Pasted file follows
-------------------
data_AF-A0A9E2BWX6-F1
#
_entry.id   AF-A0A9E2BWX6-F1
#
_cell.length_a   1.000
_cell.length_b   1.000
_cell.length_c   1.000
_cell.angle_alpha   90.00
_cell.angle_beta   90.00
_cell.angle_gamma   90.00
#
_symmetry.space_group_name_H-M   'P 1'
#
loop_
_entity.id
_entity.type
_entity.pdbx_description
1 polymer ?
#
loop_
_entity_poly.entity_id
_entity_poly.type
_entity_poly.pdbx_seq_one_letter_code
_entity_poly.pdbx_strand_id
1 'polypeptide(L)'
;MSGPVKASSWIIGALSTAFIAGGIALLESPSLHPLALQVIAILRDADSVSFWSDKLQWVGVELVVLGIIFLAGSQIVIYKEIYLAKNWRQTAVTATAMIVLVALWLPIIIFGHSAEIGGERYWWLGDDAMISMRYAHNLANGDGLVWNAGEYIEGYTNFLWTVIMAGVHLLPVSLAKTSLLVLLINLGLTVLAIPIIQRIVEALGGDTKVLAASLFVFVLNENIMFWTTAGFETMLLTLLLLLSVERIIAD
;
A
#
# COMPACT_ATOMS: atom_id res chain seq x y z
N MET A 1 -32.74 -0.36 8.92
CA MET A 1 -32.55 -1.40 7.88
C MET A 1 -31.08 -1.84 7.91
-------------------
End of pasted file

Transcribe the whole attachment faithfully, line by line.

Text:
data_AF-A0A9E2BWX6-F1
#
_entry.id   AF-A0A9E2BWX6-F1
#
_cell.length_a   1.000
_cell.length_b   1.000
_cell.length_c   1.000
_cell.angle_alpha   90.00
_cell.angle_beta   90.00
_cell.angle_gamma   90.00
#
_symmetry.space_group_name_H-M   'P 1'
#
loop_
_entity.id
_entity.type
_entity.pdbx_description
1 polymer ?
#
loop_
_entity_poly.entity_id
_entity_poly.type
_entity_poly.pdbx_seq_one_letter_code
_entity_poly.pdbx_strand_id
1 'polypeptide(L)'
;MSGPVKASSWIIGALSTAFIAGGIALLESPSLHPLALQVIAILRDADSVSFWSDKLQWVGVELVVLGIIFLAGSQIVIYKEIYLAKNWRQTAVTATAMIVLVALWLPIIIFGHSAEIGGERYWWLGDDAMISMRYAHNLANGDGLVWNAGEYIEGYTNFLWTVIMAGVHLLPVSLAKTSLLVLLINLGLTVLAIPIIQRIVEALGGDTKVLAASLFVFVLNENIMFWTTAGFETMLLTLLLLLSVERIIAD
;
A
#
# COMPACT_ATOMS: atom_id res chain seq x y z
N MET A 1 -32.74 -0.36 8.92
CA MET A 1 -32.55 -1.40 7.88
C MET A 1 -31.08 -1.84 7.91